Gillian Blease writes. . . . .
We are a small market garden in West Ardnamurchan growing and selling produce to local residents and visitors to the area. The Lighthouse at Ardnamurchan Point has 3 wonderful walled gardens – originally used by the lighthouse keepers for crops and livestock – now currently empty – which we are planning to develop in partnership with the the lighthouse trust. There is a disused well in one of the gardens and a stone clamp/cold store in another. It is as far west as you can get on the British mainland with wonderful views and wildlife, and whilst it benefits from the mild temperatures of the gulf stream it is a windy spot.
If anyone has experience of lighthouse gardens, we would love to know. We are also interested in any information that will help us explore the heritage of such gardens as this is something we would like to highlight as part of the visitor information for the site. Any thoughts or suggestions will be gratefully received. Many thanks
Contact Gillian at email@example.com
The National Maritime Museum Cornwall NMMC held a fabulous exhibition about lighthouse keepers a few years back called On The Rocks – part of it still on display. They probably worked with Trinity House the Lighthouse People – so worth contacting NMMC or Trinity House re their archives? the Garden Museum in London or Royal Botanic Gardens Edinburgh or RBG Kew might also have material in their library of journals. Some of the Victorain / Edwardian garden journals are now searchable online freely through American or British university sites.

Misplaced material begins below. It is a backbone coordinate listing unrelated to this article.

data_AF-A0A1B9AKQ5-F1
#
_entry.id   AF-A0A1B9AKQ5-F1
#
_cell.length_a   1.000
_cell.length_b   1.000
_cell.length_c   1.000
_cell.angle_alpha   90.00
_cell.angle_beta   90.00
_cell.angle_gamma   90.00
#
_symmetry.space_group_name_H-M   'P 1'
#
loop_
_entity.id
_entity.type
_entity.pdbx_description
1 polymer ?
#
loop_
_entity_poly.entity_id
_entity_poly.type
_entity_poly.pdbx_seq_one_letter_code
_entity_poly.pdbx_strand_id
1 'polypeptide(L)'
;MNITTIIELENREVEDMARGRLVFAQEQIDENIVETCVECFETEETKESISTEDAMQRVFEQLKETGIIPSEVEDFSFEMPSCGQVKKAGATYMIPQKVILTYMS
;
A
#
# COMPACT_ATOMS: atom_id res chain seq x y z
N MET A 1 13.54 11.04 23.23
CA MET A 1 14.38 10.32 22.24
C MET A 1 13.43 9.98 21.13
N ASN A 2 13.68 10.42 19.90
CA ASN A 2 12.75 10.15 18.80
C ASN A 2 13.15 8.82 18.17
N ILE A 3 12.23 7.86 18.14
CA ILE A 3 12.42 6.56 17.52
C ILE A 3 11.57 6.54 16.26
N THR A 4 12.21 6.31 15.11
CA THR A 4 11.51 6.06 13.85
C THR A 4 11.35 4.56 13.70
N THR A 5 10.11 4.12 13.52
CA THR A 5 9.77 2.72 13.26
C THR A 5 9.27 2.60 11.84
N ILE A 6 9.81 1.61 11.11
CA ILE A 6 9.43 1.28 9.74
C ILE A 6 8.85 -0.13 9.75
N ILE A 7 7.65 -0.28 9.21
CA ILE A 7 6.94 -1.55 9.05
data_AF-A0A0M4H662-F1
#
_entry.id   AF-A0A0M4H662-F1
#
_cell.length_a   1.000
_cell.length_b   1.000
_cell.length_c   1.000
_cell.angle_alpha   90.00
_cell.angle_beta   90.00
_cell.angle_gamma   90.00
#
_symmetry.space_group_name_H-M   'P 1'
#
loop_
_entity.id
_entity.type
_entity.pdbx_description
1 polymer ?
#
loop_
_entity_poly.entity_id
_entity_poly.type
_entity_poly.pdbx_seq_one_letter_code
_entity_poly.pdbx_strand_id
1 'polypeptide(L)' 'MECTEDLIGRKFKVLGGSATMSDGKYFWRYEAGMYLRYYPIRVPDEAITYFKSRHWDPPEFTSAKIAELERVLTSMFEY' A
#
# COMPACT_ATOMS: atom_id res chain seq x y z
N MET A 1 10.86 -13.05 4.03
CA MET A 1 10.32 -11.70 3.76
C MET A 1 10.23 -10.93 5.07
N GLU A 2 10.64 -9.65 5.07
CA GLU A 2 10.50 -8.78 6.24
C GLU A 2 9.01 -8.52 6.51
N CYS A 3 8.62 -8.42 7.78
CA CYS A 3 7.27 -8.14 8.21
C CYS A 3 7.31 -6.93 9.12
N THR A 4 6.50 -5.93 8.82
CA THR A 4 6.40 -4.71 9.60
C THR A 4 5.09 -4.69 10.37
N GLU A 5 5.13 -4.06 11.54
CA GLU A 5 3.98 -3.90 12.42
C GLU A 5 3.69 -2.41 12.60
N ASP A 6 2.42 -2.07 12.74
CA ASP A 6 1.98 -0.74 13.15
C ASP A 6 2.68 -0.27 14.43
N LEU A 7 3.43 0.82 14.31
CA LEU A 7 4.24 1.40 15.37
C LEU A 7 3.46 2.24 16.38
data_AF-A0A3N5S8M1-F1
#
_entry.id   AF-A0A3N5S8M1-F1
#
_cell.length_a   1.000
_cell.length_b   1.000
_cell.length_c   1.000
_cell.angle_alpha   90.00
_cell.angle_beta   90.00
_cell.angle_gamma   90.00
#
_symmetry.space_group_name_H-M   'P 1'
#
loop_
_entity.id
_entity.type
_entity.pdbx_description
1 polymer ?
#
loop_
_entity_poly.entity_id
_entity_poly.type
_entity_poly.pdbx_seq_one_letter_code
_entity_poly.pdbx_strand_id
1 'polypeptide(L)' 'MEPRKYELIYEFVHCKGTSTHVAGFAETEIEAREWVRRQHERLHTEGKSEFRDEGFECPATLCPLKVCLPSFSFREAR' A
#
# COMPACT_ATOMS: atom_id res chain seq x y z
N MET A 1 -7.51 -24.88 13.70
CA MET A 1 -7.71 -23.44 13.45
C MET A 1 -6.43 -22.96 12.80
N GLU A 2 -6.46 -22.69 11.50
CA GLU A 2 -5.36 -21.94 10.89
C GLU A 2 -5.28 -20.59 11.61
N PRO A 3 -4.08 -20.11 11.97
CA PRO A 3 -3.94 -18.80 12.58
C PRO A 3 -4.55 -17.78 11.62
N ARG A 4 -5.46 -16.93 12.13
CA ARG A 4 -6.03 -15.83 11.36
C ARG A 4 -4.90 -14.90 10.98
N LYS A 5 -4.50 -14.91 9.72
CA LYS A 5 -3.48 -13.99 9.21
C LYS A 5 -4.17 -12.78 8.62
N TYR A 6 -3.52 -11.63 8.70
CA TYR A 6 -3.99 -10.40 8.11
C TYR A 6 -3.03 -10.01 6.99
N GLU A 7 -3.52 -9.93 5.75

Lighthouse gardens may be an unusual enough subject to have attracted some garden journalistic attention or even botanical enquiries to Kew or Edinburgh RBG .
These gardens may have grown kale, kale and even more kale – A Scottish coastal stand by even in extreme weather / conditions.
Interesting project. Best wishes
Many thanks for this information. I’ll contact both eh NMMC and Trinity House.The Lindley library in London also have amazing archives so I’ll have a look along with the Edinburgh BG and possibly Kew as you suggest. Funnily enough our kale can end up horizontal and full of holes if we’re not careful. We’re finding leeks and onions very successful – they escape the slugs! Thanks again, your help is much appreciated.